On Friday, May 15th, the Grand Challenges Initiative hosted its annual Spring Showcase virtually. Team projects were available for online viewing and judging all week prior on the GCI Blog, and on Friday, student teams held a live Q&A via Zoom. Following the live Q&A, students, faculty, staff, and supporters of GCI gathered over Zoom for the presentation of poster awards and honors.

Dr. Carter Berry was awarded the first-ever Outstanding Research Publication Award by a Grand Challenges Initiative Postdoctoral Fellow, and the 2020 Golden 3D-Printed Crescent Wrench Award was given to Matterhackers, Inc. for their partnership this past year in helping our GCI community reach its goals.

GCI would like to thank this year’s guest judges, Nathaniel Bischoff ’16 (M.S. ’18), CJ Bishop ’05 (MBA ’08, Ph.D. ’19), and Kristin Gabriel ’16.

Congratulations to our Poster Winners!

Non-Epileptic Seizures: A Case Report
Students: Heather Andrini, Sydni Au Hoy, Kaelyn Bridgette, Kylie Deer, Lauren Hernandez, Ashley Okhovat

Challenge: This team follows the differential diagnoses of a 44-year-old woman who was rushed to the emergency room, experiencing an attack of primarily left-sided paralysis and an inability to speak. The final diagnosis was Psychogenic non-epileptic seizures (PNES). This team looks at PNES and how it is not well understood because of its puzzling psychological nature and unusual physical manifestation. Their goal is to provide a more detailed and complete understanding of PNES in relation to this individual’s experience. Read more.

“It has been amazing working with this team under extraordinary circumstances. They came into this semester highly organized and motivated which has resulted in a great final project.” – Dr. Carter Berry


Duck curves & flywheels: Solving the energy crisis with mechanical energy storage
Students: Gary Zeri, Jackson Goldberg, Curren Taber, Thomas Hernandez, Zach Baker

Challenge: The team’s goal is to re-purpose an older technology known as a flywheel that is used in cars for energy stabilization for storing solar energy overnight. To accomplish their goal, they built a simple proof-of-concept model and gathered data on the flywheel’s energy storage dependence on its mass. Read more.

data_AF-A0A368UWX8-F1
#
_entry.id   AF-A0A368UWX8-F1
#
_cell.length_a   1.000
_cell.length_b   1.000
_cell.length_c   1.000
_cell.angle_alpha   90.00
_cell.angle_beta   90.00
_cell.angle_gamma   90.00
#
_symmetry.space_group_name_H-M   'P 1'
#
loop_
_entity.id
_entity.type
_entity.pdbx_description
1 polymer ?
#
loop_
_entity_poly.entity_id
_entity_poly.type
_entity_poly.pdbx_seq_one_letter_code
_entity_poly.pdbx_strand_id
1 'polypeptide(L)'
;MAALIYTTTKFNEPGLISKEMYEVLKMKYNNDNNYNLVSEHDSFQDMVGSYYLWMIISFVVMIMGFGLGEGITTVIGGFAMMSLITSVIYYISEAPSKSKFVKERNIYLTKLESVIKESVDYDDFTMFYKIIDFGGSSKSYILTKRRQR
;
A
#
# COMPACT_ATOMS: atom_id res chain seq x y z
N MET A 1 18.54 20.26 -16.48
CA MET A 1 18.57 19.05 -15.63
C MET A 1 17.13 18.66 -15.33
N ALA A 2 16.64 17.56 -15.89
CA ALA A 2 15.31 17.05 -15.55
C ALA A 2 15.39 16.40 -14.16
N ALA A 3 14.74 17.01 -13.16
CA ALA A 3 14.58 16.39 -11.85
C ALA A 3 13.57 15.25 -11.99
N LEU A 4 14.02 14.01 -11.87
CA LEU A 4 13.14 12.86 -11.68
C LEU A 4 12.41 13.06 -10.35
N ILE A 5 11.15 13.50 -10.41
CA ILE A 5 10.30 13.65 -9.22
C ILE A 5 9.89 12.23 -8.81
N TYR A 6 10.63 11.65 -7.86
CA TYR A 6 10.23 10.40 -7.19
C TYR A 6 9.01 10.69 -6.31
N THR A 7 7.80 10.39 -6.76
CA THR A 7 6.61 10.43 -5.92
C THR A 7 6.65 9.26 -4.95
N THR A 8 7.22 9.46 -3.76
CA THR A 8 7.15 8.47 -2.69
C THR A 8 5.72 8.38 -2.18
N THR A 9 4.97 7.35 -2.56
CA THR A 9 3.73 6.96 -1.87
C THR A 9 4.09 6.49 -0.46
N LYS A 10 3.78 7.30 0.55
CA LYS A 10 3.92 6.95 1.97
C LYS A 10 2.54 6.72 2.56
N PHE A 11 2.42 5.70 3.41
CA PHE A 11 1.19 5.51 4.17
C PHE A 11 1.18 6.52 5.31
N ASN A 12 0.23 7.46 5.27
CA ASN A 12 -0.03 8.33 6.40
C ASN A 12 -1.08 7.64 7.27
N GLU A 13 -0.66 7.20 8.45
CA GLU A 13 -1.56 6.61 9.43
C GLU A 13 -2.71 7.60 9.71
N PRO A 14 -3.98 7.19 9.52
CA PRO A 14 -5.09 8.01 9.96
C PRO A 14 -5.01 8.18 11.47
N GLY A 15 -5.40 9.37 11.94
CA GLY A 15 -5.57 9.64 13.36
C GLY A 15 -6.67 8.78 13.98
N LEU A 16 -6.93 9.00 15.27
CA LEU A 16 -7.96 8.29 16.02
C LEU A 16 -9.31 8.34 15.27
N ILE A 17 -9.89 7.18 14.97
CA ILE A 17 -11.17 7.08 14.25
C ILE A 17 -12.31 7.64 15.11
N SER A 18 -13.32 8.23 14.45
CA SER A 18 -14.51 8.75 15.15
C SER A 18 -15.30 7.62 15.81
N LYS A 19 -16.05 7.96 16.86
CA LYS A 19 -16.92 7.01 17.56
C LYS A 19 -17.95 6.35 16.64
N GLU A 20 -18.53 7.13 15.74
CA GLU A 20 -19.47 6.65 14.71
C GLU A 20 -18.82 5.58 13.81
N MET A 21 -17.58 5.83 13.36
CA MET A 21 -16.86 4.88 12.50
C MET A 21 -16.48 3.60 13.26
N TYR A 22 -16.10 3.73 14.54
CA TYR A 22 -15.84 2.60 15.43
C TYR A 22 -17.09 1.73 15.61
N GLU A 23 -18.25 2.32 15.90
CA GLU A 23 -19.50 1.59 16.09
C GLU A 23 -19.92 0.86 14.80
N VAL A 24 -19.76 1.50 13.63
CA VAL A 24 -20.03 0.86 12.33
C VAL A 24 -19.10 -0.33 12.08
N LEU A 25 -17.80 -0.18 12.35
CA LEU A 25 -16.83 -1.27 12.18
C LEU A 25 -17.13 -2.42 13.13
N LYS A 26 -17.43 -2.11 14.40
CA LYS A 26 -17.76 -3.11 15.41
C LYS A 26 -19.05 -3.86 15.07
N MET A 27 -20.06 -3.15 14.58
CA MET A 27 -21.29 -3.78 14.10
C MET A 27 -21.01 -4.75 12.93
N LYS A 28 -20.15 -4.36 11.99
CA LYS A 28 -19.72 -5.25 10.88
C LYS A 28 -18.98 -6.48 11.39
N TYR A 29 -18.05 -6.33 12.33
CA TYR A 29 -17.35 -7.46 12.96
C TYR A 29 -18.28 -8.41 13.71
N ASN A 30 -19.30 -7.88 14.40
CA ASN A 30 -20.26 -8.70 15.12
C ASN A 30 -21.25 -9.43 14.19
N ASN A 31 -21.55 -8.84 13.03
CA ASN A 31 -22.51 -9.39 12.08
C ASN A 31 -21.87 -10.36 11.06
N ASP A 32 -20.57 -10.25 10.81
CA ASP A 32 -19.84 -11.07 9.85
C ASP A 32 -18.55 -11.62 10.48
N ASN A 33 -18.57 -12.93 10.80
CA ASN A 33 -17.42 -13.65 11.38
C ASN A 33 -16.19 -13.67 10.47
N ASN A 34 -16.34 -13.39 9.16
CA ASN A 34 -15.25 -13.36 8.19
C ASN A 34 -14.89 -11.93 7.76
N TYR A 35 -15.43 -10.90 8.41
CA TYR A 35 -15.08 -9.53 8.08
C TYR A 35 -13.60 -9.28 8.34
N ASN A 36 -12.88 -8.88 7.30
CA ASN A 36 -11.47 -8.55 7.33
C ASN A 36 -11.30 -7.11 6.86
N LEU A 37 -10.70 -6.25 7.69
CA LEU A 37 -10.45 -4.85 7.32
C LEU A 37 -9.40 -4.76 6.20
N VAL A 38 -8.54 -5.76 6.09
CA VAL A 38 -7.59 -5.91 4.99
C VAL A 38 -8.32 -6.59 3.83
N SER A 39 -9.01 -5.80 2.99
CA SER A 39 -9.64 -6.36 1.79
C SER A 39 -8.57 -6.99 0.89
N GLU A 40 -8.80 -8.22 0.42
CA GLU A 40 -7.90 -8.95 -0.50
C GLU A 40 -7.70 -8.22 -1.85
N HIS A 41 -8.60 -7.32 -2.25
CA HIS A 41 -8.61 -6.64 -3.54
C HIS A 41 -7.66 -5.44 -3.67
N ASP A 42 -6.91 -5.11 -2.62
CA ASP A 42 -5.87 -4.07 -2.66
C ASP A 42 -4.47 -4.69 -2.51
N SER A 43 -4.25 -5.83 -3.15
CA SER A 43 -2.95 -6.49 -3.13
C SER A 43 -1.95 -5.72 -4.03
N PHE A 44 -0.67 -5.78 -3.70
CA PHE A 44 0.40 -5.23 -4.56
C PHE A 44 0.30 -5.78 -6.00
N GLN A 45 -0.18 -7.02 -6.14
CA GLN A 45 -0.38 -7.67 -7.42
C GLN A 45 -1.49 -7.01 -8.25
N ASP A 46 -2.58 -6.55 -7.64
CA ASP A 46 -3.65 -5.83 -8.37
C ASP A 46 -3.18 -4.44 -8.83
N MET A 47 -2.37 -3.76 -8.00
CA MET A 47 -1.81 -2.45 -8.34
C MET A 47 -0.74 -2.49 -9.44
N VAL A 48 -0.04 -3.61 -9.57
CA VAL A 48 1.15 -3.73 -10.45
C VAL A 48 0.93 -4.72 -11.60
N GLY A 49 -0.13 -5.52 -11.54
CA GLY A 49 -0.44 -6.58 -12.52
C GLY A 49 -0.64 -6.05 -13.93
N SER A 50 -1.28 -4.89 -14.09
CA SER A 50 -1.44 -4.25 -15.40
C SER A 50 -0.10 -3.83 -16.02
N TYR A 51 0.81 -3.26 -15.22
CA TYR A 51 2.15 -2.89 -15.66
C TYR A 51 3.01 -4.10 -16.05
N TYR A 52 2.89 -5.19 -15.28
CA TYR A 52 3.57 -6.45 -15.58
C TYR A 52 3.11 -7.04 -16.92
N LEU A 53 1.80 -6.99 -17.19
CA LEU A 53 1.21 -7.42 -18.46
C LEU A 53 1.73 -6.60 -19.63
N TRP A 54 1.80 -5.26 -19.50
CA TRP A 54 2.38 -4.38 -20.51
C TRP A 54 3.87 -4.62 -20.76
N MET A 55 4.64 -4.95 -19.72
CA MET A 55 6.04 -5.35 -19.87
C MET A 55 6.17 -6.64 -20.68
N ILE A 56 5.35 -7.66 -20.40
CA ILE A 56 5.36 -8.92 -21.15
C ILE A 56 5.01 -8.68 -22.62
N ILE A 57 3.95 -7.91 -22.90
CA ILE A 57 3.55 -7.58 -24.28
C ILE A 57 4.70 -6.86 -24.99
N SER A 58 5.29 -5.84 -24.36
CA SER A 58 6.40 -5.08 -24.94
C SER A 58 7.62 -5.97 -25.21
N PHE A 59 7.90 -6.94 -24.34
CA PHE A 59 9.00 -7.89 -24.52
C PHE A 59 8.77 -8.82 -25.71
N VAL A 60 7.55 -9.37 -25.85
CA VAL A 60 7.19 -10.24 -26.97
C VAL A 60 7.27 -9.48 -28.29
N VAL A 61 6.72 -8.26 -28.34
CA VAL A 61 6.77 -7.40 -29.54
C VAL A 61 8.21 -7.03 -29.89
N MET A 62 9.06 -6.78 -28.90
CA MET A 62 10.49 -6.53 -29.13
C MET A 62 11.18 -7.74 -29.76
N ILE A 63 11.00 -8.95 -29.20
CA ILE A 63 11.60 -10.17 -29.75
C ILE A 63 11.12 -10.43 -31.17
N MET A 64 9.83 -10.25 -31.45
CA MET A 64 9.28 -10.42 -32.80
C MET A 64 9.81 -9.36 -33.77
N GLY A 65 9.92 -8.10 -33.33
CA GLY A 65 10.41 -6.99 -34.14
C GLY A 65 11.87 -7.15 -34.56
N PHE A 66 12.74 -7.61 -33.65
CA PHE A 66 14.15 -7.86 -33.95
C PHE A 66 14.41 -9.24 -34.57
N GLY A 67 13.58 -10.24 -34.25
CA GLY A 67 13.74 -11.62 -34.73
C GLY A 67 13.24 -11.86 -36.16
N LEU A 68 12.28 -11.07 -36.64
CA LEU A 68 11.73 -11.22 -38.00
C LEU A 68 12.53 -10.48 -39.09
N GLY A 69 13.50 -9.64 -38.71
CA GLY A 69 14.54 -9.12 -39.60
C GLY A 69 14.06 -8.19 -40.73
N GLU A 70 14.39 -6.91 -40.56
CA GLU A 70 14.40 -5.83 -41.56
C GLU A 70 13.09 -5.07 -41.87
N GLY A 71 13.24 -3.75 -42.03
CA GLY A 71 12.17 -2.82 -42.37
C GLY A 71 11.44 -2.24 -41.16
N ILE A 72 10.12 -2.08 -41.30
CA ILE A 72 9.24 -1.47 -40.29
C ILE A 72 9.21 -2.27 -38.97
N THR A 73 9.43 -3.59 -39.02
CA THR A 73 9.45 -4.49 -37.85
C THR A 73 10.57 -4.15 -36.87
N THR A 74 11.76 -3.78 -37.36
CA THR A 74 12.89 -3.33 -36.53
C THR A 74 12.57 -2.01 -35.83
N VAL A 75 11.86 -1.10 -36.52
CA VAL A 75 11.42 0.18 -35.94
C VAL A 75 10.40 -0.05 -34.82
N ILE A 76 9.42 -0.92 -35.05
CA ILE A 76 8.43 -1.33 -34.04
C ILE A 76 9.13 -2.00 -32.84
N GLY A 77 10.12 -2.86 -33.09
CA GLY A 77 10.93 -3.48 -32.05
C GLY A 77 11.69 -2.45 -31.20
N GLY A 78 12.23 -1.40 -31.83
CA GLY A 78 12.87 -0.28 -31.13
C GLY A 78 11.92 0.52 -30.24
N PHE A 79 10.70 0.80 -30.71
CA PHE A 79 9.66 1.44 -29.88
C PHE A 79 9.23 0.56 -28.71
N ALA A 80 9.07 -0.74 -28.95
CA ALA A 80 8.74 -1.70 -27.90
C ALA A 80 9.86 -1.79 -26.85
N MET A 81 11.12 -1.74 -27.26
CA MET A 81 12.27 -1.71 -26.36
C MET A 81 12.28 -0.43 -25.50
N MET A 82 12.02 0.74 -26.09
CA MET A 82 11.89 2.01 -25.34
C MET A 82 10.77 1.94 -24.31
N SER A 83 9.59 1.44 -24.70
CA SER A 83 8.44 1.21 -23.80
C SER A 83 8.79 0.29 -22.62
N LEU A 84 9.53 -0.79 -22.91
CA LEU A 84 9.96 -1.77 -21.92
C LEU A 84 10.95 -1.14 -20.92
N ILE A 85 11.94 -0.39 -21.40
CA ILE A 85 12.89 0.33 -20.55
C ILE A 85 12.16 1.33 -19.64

“For me, The Flywheel Team truly embodies the spirit of the GCI program. They lead with ingenuity, are resilient in the face of setbacks, and understand the importance of collaboration and communication. I’ve had a great time working with them this semester, and I’m incredibly proud of what they’ve accomplished!” – Dr. Crystal Ng


Wave Ahead of the Energy Crisis
Students: Cadre Carrigan, Lucas Speciale, Ben Stoddard, Sabrina Nash, Hannah Waldorf, Clay Cranston

Challenge: In an effort to create significant renewable energy sources, this team developed a prototype of a linear generator that absorbs the power of ocean waves. Read more.

“The Wave Energy team thought creatively about how to address a large societal issue, they got into the Makerspace and tested their prototype design, they effectively incorporated the talents of new team members throughout their GCI semesters, and they strategized effectively as a group when we transitioned online. This type of critical thinking, tinkering, collaboration, and flexibility are some of the hallmarks of the GCI program, and I was really pleased to see that reflected in their final poster and in the GCI journey of this team.” – Dr. Brian Hoover


Martian Alfalfa Experiment
Students: Nick Callen, Dela Hatfield, Cole Ternes, Logan Welsh

Challenge: This team explores the possibility of growing plants on Mars, as they can change the atmospheric composition and provide food for a colony.  Using Alfalfa seeds for their experiment, the team investigates if Martian soil allows for conditions to foster bacterial infections and based on Alfalfa’s mass, which soil mix cultivates the greatest growth. Read more.

“I am extremely proud of what Nick, Dela, Cole, and Logan were able to accomplish this semester. From the first day of class, they approached the project with an impressive amount of enthusiasm that is reflected in their final product. They continued to show their dedication to their Grand Challenge throughout the whole semester. I really enjoyed mentoring this team as they thought through the complexities of growing plants on Mars. Fantastic work!” – Dr. Kenji Quides


We are so proud of all the student teams that presented their projects. If you would like to explore more of the posters, you can view them on the GCI Blog.


Cover photo: Grand Challenges Initiative Director Dr. Gregory Goldsmith presenting the poster awards at the 2019 GCI Spring Showcase.